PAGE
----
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Spring 2013 French BC3077 section 001
|Day & Time
327 Milbank Hall (Barnard)
|Course Description||This course takes jealousy-in its psychosexual, socio-political, ontological dimensions, and in its formal implications-as a lens through which to view a series of seminal works of French literature from the Middle Ages to the 21st century. These works include: 12th-century Arthurian legend (Béroul); a late-medieval, proto-feminist short story (Navarre); 17th-century neo-classical tragedy (Corneille); 12th and 17th-century folkloric forms (Marie de France's lai and Perrault's fairy tale, respectively); the Enlightenment "philosophical" novel (Montesquieu); the 19th-century realist novel (Balzac); the early 20th-century modernist novel (Proust); and the nouveau roman (Robbe-Grillet). Two contemporary adaptations (Singer's 2008 novel based on the Navarre story, and Chabrol's 1996 film based on Proust's novel) will also be studied. In addition, a selection of highly condensed, relevant secondary readings (excerpts of 10 pages of less) will provide students with an introduction to an array of theoretical approaches to literary study: most notably, psychoanalysis, political philosophy, and literary theory.|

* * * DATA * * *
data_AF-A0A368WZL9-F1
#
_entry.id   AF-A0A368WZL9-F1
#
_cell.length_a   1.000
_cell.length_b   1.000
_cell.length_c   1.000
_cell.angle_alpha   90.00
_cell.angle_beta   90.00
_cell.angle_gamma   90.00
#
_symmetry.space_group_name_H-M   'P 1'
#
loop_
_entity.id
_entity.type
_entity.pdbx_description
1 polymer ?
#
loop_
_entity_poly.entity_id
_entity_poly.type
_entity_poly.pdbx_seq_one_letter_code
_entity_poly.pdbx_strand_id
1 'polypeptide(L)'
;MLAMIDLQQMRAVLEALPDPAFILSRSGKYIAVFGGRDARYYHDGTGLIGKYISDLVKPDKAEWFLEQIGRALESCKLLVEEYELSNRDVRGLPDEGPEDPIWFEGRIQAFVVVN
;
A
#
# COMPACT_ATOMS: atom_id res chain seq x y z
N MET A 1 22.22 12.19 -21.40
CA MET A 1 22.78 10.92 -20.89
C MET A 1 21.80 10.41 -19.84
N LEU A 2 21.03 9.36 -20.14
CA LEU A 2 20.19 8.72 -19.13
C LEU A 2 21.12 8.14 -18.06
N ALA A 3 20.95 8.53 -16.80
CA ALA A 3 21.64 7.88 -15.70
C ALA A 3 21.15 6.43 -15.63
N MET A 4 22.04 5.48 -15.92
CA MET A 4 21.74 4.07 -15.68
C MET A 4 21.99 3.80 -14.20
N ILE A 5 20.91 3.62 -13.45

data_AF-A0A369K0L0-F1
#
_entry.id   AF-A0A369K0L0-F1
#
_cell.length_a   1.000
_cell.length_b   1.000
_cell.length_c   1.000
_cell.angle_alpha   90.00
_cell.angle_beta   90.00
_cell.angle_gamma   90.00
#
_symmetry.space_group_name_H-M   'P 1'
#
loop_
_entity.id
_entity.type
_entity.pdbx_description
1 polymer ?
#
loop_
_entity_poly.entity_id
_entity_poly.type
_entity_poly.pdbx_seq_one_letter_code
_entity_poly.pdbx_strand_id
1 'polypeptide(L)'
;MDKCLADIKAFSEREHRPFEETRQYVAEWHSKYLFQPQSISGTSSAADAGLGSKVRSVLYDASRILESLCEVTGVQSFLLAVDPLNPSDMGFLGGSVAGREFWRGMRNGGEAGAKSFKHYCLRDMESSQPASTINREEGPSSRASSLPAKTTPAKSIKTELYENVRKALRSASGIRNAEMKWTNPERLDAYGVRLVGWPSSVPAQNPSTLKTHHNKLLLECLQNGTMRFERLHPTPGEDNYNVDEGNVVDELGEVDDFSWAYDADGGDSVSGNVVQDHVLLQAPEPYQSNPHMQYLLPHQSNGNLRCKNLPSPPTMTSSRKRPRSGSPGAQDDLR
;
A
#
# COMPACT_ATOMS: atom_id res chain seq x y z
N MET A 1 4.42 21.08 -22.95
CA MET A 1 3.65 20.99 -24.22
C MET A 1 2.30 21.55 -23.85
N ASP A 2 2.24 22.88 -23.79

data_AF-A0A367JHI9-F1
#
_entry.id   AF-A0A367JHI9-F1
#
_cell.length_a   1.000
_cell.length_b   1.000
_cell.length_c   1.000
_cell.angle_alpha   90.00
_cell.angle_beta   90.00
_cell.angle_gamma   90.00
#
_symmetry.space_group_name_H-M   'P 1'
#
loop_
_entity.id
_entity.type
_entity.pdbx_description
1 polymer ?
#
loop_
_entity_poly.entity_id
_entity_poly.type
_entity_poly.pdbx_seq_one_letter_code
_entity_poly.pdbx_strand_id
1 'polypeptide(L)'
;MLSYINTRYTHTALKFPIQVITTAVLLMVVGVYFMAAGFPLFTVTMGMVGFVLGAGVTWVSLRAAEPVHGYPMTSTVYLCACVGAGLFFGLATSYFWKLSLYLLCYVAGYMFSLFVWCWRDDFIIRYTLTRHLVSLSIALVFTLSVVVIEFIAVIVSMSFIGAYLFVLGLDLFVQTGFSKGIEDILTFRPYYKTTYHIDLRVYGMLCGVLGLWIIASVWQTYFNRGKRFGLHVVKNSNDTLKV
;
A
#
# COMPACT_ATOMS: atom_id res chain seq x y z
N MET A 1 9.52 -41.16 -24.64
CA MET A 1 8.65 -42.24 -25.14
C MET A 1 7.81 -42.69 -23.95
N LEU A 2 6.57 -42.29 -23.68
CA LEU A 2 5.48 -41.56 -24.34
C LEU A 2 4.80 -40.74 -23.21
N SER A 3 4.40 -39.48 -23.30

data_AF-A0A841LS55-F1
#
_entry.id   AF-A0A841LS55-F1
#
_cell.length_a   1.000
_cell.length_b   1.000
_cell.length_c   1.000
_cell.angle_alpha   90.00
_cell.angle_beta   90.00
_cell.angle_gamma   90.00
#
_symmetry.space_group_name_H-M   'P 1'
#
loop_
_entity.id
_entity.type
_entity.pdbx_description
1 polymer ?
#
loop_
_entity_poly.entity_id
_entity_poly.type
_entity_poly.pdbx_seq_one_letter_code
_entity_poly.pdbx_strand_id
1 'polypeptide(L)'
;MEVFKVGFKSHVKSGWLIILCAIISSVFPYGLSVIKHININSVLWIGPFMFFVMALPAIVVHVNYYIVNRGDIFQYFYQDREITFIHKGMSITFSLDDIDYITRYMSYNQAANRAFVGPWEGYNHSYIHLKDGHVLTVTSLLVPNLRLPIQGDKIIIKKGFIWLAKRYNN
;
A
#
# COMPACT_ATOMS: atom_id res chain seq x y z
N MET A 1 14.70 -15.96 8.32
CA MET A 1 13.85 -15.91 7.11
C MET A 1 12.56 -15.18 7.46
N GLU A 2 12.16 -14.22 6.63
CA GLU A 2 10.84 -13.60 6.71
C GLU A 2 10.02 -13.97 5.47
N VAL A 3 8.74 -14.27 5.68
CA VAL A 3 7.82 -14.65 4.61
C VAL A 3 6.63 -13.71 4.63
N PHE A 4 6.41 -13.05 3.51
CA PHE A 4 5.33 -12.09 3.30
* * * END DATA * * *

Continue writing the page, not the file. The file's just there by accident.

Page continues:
|Enrollment||9 students as of 11:25PM Tuesday, June 18, 2013|
|Open To||Barnard, Columbia College, Engineering and Applied Science, General Studies, Graduate School of Arts and Science|
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